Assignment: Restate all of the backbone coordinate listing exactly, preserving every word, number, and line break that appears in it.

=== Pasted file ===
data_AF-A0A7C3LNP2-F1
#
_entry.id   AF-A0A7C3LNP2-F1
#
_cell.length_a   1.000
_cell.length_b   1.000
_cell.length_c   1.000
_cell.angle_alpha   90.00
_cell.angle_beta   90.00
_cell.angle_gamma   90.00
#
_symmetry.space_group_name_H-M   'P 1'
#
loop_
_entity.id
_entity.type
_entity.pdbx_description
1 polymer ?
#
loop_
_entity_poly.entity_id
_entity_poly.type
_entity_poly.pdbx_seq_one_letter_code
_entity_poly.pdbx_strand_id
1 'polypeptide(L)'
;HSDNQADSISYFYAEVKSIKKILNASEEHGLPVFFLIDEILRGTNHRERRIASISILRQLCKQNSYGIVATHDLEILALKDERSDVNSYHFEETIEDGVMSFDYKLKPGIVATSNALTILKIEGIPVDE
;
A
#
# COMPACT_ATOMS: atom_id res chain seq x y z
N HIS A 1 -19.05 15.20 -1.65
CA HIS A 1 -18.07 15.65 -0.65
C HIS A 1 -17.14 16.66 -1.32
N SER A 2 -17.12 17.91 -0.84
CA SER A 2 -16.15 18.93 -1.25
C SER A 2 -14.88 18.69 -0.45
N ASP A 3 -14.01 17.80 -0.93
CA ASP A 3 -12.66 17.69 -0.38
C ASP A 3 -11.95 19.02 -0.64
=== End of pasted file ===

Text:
data_AF-A0A7C3LNP2-F1
#
_entry.id   AF-A0A7C3LNP2-F1
#
_cell.length_a   1.000
_cell.length_b   1.000
_cell.length_c   1.000
_cell.angle_alpha   90.00
_cell.angle_beta   90.00
_cell.angle_gamma   90.00
#
_symmetry.space_group_name_H-M   'P 1'
#
loop_
_entity.id
_entity.type
_entity.pdbx_description
1 polymer ?
#
loop_
_entity_poly.entity_id
_entity_poly.type
_entity_poly.pdbx_seq_one_letter_code
_entity_poly.pdbx_strand_id
1 'polypeptide(L)'
;HSDNQADSISYFYAEVKSIKKILNASEEHGLPVFFLIDEILRGTNHRERRIASISILRQLCKQNSYGIVATHDLEILALKDERSDVNSYHFEETIEDGVMSFDYKLKPGIVATSNALTILKIEGIPVDE
;
A
#
# COMPACT_ATOMS: atom_id res chain seq x y z
N HIS A 1 -19.05 15.20 -1.65
CA HIS A 1 -18.07 15.65 -0.65
C HIS A 1 -17.14 16.66 -1.32
N SER A 2 -17.12 17.91 -0.84
CA SER A 2 -16.15 18.93 -1.25
C SER A 2 -14.88 18.69 -0.45
N ASP A 3 -14.01 17.80 -0.93
CA ASP A 3 -12.66 17.69 -0.38
C ASP A 3 -11.95 19.02 -0.64